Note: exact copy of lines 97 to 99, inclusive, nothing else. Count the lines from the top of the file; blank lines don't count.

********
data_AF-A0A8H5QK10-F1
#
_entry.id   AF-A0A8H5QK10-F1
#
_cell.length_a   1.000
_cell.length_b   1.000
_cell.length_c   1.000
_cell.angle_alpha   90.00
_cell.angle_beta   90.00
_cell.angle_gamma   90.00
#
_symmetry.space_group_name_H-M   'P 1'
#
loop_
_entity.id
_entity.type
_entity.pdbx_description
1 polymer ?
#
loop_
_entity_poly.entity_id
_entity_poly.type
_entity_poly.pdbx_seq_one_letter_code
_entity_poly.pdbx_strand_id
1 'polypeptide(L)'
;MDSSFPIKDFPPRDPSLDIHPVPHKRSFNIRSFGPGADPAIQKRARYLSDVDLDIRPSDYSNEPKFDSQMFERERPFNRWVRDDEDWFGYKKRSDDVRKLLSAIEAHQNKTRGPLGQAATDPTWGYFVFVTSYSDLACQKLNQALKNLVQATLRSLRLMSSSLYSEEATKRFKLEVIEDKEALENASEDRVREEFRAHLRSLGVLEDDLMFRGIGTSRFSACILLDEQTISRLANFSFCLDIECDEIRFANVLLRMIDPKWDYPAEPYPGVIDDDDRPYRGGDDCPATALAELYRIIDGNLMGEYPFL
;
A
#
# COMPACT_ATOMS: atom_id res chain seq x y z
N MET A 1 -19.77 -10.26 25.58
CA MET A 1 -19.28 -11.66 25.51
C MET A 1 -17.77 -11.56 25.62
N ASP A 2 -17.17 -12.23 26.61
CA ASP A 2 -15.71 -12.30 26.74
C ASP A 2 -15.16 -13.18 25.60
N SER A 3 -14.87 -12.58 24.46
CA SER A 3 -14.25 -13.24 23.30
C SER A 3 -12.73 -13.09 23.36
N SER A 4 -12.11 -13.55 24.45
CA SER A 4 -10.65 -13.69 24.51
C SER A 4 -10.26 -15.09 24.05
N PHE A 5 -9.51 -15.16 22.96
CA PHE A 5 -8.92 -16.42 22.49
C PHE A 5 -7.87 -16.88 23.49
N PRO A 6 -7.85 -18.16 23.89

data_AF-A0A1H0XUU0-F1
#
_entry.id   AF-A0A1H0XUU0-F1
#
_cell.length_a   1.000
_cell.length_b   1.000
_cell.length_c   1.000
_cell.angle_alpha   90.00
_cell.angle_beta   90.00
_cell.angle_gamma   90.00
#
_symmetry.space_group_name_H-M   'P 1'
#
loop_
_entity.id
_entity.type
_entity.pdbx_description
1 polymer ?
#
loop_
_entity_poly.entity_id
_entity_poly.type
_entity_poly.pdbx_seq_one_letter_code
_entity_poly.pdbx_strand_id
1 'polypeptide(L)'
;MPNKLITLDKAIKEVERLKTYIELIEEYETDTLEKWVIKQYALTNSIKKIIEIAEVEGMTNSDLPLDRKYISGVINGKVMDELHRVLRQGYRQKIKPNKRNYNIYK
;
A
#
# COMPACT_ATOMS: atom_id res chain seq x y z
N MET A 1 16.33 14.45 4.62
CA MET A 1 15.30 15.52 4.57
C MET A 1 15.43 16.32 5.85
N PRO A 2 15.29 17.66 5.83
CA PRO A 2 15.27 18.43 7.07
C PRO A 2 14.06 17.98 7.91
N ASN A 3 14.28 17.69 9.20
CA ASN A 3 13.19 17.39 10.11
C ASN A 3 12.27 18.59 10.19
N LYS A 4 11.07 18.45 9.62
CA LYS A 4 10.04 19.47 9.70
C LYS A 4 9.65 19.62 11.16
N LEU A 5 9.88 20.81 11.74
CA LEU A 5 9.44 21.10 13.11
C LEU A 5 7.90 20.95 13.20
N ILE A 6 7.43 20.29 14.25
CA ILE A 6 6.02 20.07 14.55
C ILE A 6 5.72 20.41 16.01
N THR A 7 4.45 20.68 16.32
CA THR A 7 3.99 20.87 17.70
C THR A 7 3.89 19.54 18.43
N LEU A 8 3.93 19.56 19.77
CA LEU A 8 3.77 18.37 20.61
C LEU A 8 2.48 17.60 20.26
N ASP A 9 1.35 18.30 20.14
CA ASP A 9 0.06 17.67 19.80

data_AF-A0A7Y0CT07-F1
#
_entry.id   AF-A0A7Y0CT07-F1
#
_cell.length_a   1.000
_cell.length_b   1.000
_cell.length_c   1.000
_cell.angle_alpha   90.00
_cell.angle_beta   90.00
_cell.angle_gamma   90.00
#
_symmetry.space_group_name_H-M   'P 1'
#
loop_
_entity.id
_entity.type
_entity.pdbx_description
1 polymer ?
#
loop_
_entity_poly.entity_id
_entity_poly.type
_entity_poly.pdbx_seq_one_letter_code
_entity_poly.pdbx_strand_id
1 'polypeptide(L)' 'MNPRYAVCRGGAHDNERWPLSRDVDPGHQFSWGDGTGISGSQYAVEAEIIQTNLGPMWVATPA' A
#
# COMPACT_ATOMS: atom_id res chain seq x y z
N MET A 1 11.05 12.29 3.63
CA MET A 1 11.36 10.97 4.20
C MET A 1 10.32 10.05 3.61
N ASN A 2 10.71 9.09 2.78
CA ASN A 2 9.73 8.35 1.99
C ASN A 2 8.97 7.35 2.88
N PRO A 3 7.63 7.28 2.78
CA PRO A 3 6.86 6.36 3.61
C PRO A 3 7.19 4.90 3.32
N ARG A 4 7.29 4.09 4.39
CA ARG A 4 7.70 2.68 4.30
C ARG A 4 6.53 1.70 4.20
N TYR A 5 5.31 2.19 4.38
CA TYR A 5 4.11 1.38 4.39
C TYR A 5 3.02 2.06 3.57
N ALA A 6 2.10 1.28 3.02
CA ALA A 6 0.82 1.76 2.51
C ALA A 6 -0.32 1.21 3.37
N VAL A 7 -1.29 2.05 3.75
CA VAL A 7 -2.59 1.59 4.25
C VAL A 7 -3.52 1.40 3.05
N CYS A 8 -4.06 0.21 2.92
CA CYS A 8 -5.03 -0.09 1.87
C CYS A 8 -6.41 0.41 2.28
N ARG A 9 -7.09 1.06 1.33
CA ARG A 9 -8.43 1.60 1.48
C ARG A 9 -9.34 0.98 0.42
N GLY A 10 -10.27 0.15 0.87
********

C THR A 7 3.89 19.54 18.43
N LEU A 8 3.93 19.56 19.77
CA LEU A 8 3.77 18.37 20.61